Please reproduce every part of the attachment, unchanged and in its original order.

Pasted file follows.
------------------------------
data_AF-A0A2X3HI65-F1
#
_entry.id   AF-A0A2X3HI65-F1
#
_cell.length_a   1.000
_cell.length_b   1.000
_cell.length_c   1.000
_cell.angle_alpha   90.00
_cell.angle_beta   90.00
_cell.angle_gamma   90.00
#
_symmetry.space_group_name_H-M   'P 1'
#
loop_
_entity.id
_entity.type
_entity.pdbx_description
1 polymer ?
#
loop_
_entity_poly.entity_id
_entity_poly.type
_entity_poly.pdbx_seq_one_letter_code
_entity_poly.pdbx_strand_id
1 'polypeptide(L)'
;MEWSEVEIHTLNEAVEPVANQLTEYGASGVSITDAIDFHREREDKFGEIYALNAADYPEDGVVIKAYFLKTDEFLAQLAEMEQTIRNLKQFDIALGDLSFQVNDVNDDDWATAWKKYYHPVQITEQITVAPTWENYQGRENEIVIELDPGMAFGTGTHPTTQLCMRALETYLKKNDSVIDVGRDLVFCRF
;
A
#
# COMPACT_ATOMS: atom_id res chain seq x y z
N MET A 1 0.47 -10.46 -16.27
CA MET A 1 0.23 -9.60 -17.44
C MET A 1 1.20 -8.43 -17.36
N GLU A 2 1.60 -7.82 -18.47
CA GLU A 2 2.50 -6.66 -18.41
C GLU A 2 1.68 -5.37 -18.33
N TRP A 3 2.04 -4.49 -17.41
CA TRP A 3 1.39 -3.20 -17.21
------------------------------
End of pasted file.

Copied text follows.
data_AF-A0A2X3HI65-F1
#
_entry.id   AF-A0A2X3HI65-F1
#
_cell.length_a   1.000
_cell.length_b   1.000
_cell.length_c   1.000
_cell.angle_alpha   90.00
_cell.angle_beta   90.00
_cell.angle_gamma   90.00
#
_symmetry.space_group_name_H-M   'P 1'
#
loop_
_entity.id
_entity.type
_entity.pdbx_description
1 polymer ?
#
loop_
_entity_poly.entity_id
_entity_poly.type
_entity_poly.pdbx_seq_one_letter_code
_entity_poly.pdbx_strand_id
1 'polypeptide(L)'
;MEWSEVEIHTLNEAVEPVANQLTEYGASGVSITDAIDFHREREDKFGEIYALNAADYPEDGVVIKAYFLKTDEFLAQLAEMEQTIRNLKQFDIALGDLSFQVNDVNDDDWATAWKKYYHPVQITEQITVAPTWENYQGRENEIVIELDPGMAFGTGTHPTTQLCMRALETYLKKNDSVIDVGRDLVFCRF
;
A
#
# COMPACT_ATOMS: atom_id res chain seq x y z
N MET A 1 0.47 -10.46 -16.27
CA MET A 1 0.23 -9.60 -17.44
C MET A 1 1.20 -8.43 -17.36
N GLU A 2 1.60 -7.82 -18.47
CA GLU A 2 2.50 -6.66 -18.41
C GLU A 2 1.68 -5.37 -18.33
N TRP A 3 2.04 -4.49 -17.41
CA TRP A 3 1.39 -3.20 -17.21